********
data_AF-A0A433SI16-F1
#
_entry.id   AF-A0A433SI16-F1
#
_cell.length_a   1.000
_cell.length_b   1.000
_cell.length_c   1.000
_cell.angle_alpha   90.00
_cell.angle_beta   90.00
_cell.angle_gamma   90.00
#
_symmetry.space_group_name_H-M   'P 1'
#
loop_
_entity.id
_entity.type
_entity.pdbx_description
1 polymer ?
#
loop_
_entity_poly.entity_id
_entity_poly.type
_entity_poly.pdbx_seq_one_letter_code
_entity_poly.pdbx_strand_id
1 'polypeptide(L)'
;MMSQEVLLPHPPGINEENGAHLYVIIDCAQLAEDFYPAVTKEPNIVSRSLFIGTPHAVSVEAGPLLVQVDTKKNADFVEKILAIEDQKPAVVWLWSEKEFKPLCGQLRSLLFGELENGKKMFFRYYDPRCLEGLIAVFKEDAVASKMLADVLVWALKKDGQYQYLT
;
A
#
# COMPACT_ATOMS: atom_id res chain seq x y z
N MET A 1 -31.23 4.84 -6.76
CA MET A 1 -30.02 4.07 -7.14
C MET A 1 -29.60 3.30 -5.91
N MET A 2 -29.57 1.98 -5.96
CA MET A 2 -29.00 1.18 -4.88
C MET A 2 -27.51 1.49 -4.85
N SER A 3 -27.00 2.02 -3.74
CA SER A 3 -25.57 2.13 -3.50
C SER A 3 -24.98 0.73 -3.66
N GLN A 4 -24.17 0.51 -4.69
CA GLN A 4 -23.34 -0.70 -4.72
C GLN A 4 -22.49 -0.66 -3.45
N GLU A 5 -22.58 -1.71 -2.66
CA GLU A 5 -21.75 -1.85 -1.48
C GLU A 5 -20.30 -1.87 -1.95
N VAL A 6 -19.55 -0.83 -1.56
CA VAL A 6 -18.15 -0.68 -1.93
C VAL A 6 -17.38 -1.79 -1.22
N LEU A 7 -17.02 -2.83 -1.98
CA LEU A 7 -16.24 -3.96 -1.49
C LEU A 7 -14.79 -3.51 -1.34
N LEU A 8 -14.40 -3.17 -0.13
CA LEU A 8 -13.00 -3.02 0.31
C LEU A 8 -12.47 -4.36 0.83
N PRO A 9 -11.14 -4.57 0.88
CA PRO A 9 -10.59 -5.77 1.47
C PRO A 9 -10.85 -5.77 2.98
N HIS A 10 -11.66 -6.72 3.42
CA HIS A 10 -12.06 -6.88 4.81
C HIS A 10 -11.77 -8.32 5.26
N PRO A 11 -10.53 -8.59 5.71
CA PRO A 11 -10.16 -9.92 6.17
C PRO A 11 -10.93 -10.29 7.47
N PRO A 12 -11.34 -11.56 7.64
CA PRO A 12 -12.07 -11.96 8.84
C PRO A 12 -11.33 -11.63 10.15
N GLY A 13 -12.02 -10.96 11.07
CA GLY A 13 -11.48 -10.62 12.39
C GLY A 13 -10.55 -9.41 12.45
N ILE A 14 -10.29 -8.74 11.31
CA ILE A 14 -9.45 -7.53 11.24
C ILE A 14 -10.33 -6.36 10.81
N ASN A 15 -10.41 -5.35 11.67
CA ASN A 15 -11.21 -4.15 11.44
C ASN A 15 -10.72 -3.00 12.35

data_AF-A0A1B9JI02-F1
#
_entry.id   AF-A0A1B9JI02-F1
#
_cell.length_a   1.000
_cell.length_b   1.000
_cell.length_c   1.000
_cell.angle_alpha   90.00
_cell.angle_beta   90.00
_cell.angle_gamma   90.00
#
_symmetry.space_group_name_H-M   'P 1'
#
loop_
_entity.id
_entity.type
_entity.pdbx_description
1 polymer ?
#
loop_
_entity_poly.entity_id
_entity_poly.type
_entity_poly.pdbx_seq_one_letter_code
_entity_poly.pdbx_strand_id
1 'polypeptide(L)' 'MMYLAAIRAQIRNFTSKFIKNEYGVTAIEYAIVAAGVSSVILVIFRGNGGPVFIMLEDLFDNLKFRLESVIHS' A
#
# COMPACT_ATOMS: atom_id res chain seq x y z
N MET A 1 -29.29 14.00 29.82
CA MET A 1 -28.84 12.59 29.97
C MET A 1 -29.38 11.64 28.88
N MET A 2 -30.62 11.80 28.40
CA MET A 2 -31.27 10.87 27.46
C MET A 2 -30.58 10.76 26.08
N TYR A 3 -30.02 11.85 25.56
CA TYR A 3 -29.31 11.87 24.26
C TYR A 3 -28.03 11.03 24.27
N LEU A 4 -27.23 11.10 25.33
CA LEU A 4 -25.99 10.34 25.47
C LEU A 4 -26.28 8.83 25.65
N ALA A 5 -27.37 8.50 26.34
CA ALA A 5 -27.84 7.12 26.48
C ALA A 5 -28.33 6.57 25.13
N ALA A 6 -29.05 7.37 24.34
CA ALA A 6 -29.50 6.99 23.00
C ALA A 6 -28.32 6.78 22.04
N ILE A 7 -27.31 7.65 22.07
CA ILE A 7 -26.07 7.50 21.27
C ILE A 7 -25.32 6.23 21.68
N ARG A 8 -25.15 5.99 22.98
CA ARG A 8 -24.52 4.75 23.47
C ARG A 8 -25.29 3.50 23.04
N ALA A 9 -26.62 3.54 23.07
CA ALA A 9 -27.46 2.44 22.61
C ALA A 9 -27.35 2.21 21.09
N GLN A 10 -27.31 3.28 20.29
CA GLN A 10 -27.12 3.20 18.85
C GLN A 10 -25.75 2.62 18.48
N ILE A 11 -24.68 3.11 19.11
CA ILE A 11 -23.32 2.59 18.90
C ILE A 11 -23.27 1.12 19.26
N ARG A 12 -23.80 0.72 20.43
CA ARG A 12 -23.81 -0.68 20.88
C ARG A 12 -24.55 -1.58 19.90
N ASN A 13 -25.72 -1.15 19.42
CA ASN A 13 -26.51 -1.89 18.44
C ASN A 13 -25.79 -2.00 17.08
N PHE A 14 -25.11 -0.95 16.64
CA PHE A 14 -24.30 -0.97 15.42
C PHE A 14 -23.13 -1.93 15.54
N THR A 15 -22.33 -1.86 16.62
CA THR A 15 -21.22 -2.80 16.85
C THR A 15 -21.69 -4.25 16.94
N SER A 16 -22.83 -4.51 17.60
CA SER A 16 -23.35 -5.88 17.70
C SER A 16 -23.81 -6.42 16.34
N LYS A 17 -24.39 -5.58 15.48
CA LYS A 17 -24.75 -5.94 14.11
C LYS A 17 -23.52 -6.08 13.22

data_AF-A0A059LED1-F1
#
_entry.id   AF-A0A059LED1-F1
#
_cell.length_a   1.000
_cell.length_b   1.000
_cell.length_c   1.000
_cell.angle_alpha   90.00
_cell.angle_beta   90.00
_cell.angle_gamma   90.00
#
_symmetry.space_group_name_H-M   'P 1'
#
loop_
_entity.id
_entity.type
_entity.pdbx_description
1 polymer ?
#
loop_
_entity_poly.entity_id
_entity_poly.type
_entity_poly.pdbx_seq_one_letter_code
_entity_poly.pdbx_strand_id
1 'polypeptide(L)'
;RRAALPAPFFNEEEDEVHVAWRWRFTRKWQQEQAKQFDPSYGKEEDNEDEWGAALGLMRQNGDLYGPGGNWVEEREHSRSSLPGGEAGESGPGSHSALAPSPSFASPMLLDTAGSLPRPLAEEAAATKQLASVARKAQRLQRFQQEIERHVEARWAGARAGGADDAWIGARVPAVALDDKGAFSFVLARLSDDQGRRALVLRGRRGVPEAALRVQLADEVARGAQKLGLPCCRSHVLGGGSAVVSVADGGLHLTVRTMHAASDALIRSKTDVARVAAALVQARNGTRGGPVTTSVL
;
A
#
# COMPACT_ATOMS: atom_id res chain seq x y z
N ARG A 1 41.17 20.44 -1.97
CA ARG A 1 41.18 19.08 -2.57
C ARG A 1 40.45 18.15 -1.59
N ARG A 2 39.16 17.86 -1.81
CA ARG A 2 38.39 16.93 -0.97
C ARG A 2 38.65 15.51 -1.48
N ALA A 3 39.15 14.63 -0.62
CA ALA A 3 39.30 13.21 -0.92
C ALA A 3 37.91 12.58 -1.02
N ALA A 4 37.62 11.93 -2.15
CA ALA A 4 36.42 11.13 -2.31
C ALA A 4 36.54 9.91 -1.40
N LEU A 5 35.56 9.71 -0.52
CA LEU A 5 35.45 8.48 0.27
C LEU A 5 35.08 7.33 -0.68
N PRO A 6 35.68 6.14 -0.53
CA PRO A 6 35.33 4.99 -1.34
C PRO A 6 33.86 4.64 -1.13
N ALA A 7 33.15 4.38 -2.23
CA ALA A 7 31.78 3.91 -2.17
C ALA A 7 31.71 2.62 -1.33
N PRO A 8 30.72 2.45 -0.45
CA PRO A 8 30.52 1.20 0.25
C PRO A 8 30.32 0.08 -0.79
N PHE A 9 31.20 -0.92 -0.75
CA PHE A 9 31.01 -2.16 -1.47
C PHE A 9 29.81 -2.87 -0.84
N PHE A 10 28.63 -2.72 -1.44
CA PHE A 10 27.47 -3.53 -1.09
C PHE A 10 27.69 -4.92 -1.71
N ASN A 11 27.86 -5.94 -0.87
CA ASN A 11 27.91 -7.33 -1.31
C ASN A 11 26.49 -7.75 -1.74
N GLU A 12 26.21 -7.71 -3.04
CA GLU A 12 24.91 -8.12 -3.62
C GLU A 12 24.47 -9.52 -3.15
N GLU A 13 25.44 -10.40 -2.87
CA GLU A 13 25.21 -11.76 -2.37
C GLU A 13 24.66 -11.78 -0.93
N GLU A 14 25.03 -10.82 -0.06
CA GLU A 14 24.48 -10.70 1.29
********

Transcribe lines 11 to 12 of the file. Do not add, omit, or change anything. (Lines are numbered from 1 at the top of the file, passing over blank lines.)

#
_symmetry.space_group_name_H-M   'P 1'